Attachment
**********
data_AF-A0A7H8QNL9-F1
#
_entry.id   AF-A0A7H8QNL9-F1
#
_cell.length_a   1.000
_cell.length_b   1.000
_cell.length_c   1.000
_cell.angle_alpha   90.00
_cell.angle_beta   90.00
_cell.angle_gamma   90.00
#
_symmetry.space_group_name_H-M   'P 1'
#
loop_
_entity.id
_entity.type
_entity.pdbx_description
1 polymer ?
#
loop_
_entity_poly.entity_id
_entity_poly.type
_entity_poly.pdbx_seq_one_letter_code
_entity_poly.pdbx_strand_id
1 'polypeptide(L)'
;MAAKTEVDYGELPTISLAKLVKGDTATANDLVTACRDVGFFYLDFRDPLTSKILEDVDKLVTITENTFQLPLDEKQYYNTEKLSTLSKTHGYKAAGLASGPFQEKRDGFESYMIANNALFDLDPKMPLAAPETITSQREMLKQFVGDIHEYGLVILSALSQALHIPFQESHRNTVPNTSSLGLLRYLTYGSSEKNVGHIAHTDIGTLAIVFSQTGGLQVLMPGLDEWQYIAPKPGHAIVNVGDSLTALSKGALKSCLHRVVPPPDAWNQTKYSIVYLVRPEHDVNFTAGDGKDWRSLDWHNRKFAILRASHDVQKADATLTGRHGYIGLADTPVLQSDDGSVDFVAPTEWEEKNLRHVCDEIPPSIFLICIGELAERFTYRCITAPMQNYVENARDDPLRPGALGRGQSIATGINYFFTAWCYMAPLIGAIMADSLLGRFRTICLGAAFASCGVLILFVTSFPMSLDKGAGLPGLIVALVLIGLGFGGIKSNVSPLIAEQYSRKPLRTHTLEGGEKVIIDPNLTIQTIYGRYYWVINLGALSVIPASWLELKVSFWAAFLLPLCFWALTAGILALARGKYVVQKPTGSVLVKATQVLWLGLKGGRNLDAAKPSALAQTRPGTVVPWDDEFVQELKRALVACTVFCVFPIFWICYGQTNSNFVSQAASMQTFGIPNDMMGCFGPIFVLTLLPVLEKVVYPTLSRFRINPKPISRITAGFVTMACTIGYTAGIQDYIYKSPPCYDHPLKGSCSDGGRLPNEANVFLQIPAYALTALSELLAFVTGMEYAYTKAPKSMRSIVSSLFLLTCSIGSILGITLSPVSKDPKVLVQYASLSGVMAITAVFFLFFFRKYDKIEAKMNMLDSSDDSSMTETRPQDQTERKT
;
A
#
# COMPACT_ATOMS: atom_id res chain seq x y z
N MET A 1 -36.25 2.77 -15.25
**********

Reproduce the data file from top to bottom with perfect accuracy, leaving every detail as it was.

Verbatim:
data_AF-A0A7H8QNL9-F1
#
_entry.id   AF-A0A7H8QNL9-F1
#
_cell.length_a   1.000
_cell.length_b   1.000
_cell.length_c   1.000
_cell.angle_alpha   90.00
_cell.angle_beta   90.00
_cell.angle_gamma   90.00
#
_symmetry.space_group_name_H-M   'P 1'
#
loop_
_entity.id
_entity.type
_entity.pdbx_description
1 polymer ?
#
loop_
_entity_poly.entity_id
_entity_poly.type
_entity_poly.pdbx_seq_one_letter_code
_entity_poly.pdbx_strand_id
1 'polypeptide(L)'
;MAAKTEVDYGELPTISLAKLVKGDTATANDLVTACRDVGFFYLDFRDPLTSKILEDVDKLVTITENTFQLPLDEKQYYNTEKLSTLSKTHGYKAAGLASGPFQEKRDGFESYMIANNALFDLDPKMPLAAPETITSQREMLKQFVGDIHEYGLVILSALSQALHIPFQESHRNTVPNTSSLGLLRYLTYGSSEKNVGHIAHTDIGTLAIVFSQTGGLQVLMPGLDEWQYIAPKPGHAIVNVGDSLTALSKGALKSCLHRVVPPPDAWNQTKYSIVYLVRPEHDVNFTAGDGKDWRSLDWHNRKFAILRASHDVQKADATLTGRHGYIGLADTPVLQSDDGSVDFVAPTEWEEKNLRHVCDEIPPSIFLICIGELAERFTYRCITAPMQNYVENARDDPLRPGALGRGQSIATGINYFFTAWCYMAPLIGAIMADSLLGRFRTICLGAAFASCGVLILFVTSFPMSLDKGAGLPGLIVALVLIGLGFGGIKSNVSPLIAEQYSRKPLRTHTLEGGEKVIIDPNLTIQTIYGRYYWVINLGALSVIPASWLELKVSFWAAFLLPLCFWALTAGILALARGKYVVQKPTGSVLVKATQVLWLGLKGGRNLDAAKPSALAQTRPGTVVPWDDEFVQELKRALVACTVFCVFPIFWICYGQTNSNFVSQAASMQTFGIPNDMMGCFGPIFVLTLLPVLEKVVYPTLSRFRINPKPISRITAGFVTMACTIGYTAGIQDYIYKSPPCYDHPLKGSCSDGGRLPNEANVFLQIPAYALTALSELLAFVTGMEYAYTKAPKSMRSIVSSLFLLTCSIGSILGITLSPVSKDPKVLVQYASLSGVMAITAVFFLFFFRKYDKIEAKMNMLDSSDDSSMTETRPQDQTERKT
;
A
#
# COMPACT_ATOMS: atom_id res chain seq x y z
N MET A 1 -36.25 2.77 -15.25